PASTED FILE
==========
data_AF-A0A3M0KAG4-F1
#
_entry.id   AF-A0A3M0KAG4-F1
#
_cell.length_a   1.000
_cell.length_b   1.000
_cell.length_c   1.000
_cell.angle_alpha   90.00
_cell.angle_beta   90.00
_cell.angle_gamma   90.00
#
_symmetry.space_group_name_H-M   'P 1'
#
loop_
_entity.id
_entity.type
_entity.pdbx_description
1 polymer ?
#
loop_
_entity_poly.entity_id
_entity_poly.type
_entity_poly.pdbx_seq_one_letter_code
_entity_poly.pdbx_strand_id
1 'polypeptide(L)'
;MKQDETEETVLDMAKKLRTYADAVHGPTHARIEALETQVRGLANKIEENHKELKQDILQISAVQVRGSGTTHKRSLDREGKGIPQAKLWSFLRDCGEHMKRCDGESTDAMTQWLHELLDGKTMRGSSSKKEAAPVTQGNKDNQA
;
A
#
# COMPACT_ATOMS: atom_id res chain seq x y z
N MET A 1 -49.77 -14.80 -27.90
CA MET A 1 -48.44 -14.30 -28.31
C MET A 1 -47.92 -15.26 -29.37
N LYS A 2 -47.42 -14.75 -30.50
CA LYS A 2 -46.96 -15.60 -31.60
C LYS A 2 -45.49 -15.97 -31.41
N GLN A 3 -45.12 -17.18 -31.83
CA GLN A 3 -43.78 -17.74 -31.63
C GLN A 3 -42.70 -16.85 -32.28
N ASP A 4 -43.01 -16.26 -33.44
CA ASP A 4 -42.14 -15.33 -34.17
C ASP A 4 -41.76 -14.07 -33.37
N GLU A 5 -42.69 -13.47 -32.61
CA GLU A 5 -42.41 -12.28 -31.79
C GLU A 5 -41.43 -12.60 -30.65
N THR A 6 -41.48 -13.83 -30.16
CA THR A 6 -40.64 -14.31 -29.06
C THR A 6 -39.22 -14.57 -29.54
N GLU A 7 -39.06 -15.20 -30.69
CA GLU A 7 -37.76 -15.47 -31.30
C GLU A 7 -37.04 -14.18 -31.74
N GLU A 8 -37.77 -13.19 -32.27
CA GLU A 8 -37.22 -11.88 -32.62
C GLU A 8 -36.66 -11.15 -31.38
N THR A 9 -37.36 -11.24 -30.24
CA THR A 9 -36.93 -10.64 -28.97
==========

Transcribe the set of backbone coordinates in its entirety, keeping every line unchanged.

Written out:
data_AF-A0A3M0KAG4-F1
#
_entry.id   AF-A0A3M0KAG4-F1
#
_cell.length_a   1.000
_cell.length_b   1.000
_cell.length_c   1.000
_cell.angle_alpha   90.00
_cell.angle_beta   90.00
_cell.angle_gamma   90.00
#
_symmetry.space_group_name_H-M   'P 1'
#
loop_
_entity.id
_entity.type
_entity.pdbx_description
1 polymer ?
#
loop_
_entity_poly.entity_id
_entity_poly.type
_entity_poly.pdbx_seq_one_letter_code
_entity_poly.pdbx_strand_id
1 'polypeptide(L)'
;MKQDETEETVLDMAKKLRTYADAVHGPTHARIEALETQVRGLANKIEENHKELKQDILQISAVQVRGSGTTHKRSLDREGKGIPQAKLWSFLRDCGEHMKRCDGESTDAMTQWLHELLDGKTMRGSSSKKEAAPVTQGNKDNQA
;
A
#
# COMPACT_ATOMS: atom_id res chain seq x y z
N MET A 1 -49.77 -14.80 -27.90
CA MET A 1 -48.44 -14.30 -28.31
C MET A 1 -47.92 -15.26 -29.37
N LYS A 2 -47.42 -14.75 -30.50
CA LYS A 2 -46.96 -15.60 -31.60
C LYS A 2 -45.49 -15.97 -31.41
N GLN A 3 -45.12 -17.18 -31.83
CA GLN A 3 -43.78 -17.74 -31.63
C GLN A 3 -42.70 -16.85 -32.28
N ASP A 4 -43.01 -16.26 -33.44
CA ASP A 4 -42.14 -15.33 -34.17
C ASP A 4 -41.76 -14.07 -33.37
N GLU A 5 -42.69 -13.47 -32.61
CA GLU A 5 -42.41 -12.28 -31.79
C GLU A 5 -41.43 -12.60 -30.65
N THR A 6 -41.48 -13.83 -30.16
CA THR A 6 -40.64 -14.31 -29.06
C THR A 6 -39.22 -14.57 -29.54
N GLU A 7 -39.06 -15.20 -30.69
CA GLU A 7 -37.76 -15.47 -31.30
C GLU A 7 -37.04 -14.18 -31.74
N GLU A 8 -37.77 -13.19 -32.27
CA GLU A 8 -37.22 -11.88 -32.62
C GLU A 8 -36.66 -11.15 -31.38
N THR A 9 -37.36 -11.24 -30.24
CA THR A 9 -36.93 -10.64 -28.97